With the rise and rise of 'Social' network sites: 'Computers are making people easier to use everyday'
      Examine what is said, not who speaks -- Silence betokens consent -- Love the truth but pardon error.
      "Science is about questioning the status quo. Questioning authority".
      In the absence of evidence, opinion is indistinguishable from prejudice.

        It doesn't work on unblessed references, which is what the auto-deref feature does work on. (I thought you were referring to autobox.)

        -xdg

        Code written by xdg and posted on PerlMonks is public domain. It is provided as is with no warranties, express or implied, of any kind. Posted code may not have been tested. Use of posted code is at your own risk.
Re^3: Is auto-dereferencing worth forcing upgrades to newer versions of Perl?
by chromatic (Archbishop) on Aug 20, 2013 at 01:13 UTC

    Speaking of aesthetics, I find that example ambiguous. It's not obvious to me whether push is a method that just so happens to have the same name as the push keyword (the one which works on arrays) or whether it's an alternate way of writing that keyword. Is that a method which operates on a container (the array) or an object (not really a container)?

    In my mind, one of Perl's OO flaws is unnecessarily confusing containers and objects. An object may have containers, but should it be one?

      Speaking of aesthetics, I find that example ambiguous. It's not obvious to me whether push is a method that just so happens to have the same name as the push keyword (the one which works on arrays) or whether it's an alternate way of writing that keyword. Is that a method which operates on a container (the array) or an object (not really a container)?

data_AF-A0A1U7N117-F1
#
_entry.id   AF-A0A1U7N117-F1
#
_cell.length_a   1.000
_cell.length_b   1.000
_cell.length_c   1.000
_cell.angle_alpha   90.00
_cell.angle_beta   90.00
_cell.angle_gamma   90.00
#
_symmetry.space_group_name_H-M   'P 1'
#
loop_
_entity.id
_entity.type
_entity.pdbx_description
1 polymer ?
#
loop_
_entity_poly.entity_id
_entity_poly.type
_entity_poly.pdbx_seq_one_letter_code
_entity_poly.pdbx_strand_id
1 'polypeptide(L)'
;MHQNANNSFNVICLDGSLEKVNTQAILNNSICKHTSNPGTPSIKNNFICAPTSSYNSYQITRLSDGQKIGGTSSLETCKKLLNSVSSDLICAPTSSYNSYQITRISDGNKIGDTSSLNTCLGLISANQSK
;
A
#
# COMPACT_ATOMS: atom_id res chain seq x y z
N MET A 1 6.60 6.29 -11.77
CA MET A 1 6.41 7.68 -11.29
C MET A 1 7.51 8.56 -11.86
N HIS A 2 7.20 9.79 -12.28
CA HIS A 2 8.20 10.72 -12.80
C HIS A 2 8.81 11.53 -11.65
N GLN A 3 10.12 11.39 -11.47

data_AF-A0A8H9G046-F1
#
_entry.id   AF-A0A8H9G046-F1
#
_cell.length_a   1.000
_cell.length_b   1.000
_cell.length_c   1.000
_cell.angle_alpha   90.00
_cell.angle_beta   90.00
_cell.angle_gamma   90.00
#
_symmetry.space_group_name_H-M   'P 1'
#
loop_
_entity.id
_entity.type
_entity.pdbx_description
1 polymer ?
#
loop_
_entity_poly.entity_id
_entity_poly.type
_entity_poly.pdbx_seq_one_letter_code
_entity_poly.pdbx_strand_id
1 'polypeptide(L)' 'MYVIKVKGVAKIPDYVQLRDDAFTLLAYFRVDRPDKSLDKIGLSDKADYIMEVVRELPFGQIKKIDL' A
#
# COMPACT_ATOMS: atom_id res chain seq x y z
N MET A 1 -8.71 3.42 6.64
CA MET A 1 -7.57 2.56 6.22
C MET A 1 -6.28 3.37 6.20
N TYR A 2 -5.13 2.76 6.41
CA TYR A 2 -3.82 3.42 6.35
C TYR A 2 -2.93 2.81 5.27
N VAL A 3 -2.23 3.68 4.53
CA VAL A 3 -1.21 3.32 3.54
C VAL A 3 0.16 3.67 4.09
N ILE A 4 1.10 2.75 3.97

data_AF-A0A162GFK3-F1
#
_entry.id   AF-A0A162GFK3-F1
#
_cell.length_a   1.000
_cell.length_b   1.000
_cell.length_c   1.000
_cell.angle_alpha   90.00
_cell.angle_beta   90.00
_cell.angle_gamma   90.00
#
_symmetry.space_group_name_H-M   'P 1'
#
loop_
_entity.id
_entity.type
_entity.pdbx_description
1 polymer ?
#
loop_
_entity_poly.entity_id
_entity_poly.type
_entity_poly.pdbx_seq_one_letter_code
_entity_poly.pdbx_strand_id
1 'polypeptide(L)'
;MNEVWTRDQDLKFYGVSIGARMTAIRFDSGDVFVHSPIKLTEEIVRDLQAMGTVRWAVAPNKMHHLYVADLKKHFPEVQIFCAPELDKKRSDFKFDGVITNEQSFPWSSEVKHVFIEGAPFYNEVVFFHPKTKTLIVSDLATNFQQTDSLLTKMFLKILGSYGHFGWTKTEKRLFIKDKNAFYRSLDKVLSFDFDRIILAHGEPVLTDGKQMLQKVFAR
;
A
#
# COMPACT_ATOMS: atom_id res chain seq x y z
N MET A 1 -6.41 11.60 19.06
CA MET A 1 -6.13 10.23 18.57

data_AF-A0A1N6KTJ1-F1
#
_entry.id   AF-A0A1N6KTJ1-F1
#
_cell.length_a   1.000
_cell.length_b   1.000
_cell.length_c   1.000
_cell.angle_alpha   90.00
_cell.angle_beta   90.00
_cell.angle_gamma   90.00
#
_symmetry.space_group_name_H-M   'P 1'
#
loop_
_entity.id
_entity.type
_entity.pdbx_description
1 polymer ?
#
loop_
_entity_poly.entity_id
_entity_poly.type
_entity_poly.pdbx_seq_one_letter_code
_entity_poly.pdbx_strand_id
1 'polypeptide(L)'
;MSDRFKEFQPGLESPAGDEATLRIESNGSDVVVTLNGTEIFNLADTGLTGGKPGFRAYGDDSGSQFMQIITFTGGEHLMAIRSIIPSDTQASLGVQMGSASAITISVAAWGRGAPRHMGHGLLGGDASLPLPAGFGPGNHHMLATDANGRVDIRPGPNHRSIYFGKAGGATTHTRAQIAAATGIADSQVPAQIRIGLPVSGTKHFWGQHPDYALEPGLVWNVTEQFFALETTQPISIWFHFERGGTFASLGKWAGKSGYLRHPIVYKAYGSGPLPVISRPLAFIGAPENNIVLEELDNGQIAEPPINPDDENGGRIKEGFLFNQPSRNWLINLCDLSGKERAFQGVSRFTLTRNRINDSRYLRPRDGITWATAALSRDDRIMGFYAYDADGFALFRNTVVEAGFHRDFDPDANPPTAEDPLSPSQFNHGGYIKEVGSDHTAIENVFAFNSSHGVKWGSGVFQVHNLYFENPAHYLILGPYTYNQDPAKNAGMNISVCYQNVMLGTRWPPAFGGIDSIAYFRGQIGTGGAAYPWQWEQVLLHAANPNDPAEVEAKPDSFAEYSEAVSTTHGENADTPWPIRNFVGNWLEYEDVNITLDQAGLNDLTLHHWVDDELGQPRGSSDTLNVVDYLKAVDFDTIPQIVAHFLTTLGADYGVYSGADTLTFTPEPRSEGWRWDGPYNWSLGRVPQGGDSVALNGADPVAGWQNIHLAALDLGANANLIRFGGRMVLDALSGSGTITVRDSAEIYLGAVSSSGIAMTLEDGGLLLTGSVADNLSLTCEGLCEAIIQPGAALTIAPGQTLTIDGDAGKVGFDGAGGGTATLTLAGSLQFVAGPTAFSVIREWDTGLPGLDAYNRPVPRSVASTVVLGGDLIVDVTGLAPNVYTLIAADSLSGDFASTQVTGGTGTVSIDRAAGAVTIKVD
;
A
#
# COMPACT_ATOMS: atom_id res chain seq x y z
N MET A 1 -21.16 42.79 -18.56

First, I'm not suggesting that the example makes perfect sense. I didn't chose it, I just matched it.

      That said, I have absolutely no problem with an object, (regardless of the internal representation), (re)using a perl keyword for one of its methods, provided that the semantic of that method match those of the keyword. After all, isn't the separation of namespaces one of the primary benefits of OO?

      In fact, given that keyword 'push' has been used for the semantics of (various) ADTs (stacks, FIFOs, LIFOs, etc.) in many languages that long pre-dated Perl; and is still the opcode mnemonic used for the equivalent hardware stack operation in (probably) every assembler and hardware manual for every processor going; I think it would be quite silly not to use that well understood term for objects that implement semantically equivalent operations.

      In my mind, one of Perl's OO flaws is unnecessarily confusing containers and objects. An object may have containers, but should it be one?

      I'm of almost the diametrically opposed position. I think that reusing the familiar and well understood semantics of containers for for classes that represent collections is both eminently sensible and infinitely preferable to everyone inventing their own disparate terms and semantics.

      Other languages are perfectly happy to reuse container semantics for OO-classes. In the case of C++ its just a shame that it took the language standard so long to catch up with the rest of the world; with the knock on affect that they've had to invent verbose terms -- push_back, push_front, pop_back, pop_front etc. -- to avoid conflicts with previous 'unsanctioned' libraries.


      With the rise and rise of 'Social' network sites: 'Computers are making people easier to use everyday'
      Examine what is said, not who speaks -- Silence betokens consent -- Love the truth but pardon error.
      "Science is about questioning the status quo. Questioning authority".
      In the absence of evidence, opinion is indistinguishable from prejudice.